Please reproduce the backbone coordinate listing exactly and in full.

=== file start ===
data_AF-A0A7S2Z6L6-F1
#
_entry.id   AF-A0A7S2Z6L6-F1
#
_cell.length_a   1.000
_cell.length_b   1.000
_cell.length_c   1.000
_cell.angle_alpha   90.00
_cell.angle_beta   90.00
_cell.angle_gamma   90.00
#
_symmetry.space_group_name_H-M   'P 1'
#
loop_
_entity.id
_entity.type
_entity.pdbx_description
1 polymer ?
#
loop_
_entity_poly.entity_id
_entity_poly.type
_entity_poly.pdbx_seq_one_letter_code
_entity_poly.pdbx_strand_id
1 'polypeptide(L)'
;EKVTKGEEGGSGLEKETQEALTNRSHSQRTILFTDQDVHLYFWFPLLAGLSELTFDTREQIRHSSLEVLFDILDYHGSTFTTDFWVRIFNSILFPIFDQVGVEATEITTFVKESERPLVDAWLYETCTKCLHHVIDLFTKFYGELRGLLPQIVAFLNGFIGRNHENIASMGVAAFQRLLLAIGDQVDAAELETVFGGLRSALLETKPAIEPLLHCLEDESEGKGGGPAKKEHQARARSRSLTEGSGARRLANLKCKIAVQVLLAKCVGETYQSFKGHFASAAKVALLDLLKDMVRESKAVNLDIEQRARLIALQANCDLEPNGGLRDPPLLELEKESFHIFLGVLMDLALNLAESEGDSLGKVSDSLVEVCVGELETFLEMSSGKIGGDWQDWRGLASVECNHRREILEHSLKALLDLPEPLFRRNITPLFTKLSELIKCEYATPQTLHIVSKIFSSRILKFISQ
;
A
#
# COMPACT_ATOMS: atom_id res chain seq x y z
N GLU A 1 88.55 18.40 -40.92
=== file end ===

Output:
data_AF-A0A7S2Z6L6-F1
#
_entry.id   AF-A0A7S2Z6L6-F1
#
_cell.length_a   1.000
_cell.length_b   1.000
_cell.length_c   1.000
_cell.angle_alpha   90.00
_cell.angle_beta   90.00
_cell.angle_gamma   90.00
#
_symmetry.space_group_name_H-M   'P 1'
#
loop_
_entity.id
_entity.type
_entity.pdbx_description
1 polymer ?
#
loop_
_entity_poly.entity_id
_entity_poly.type
_entity_poly.pdbx_seq_one_letter_code
_entity_poly.pdbx_strand_id
1 'polypeptide(L)'
;EKVTKGEEGGSGLEKETQEALTNRSHSQRTILFTDQDVHLYFWFPLLAGLSELTFDTREQIRHSSLEVLFDILDYHGSTFTTDFWVRIFNSILFPIFDQVGVEATEITTFVKESERPLVDAWLYETCTKCLHHVIDLFTKFYGELRGLLPQIVAFLNGFIGRNHENIASMGVAAFQRLLLAIGDQVDAAELETVFGGLRSALLETKPAIEPLLHCLEDESEGKGGGPAKKEHQARARSRSLTEGSGARRLANLKCKIAVQVLLAKCVGETYQSFKGHFASAAKVALLDLLKDMVRESKAVNLDIEQRARLIALQANCDLEPNGGLRDPPLLELEKESFHIFLGVLMDLALNLAESEGDSLGKVSDSLVEVCVGELETFLEMSSGKIGGDWQDWRGLASVECNHRREILEHSLKALLDLPEPLFRRNITPLFTKLSELIKCEYATPQTLHIVSKIFSSRILKFISQ
;
A
#
# COMPACT_ATOMS: atom_id res chain seq x y z
N GLU A 1 88.55 18.40 -40.92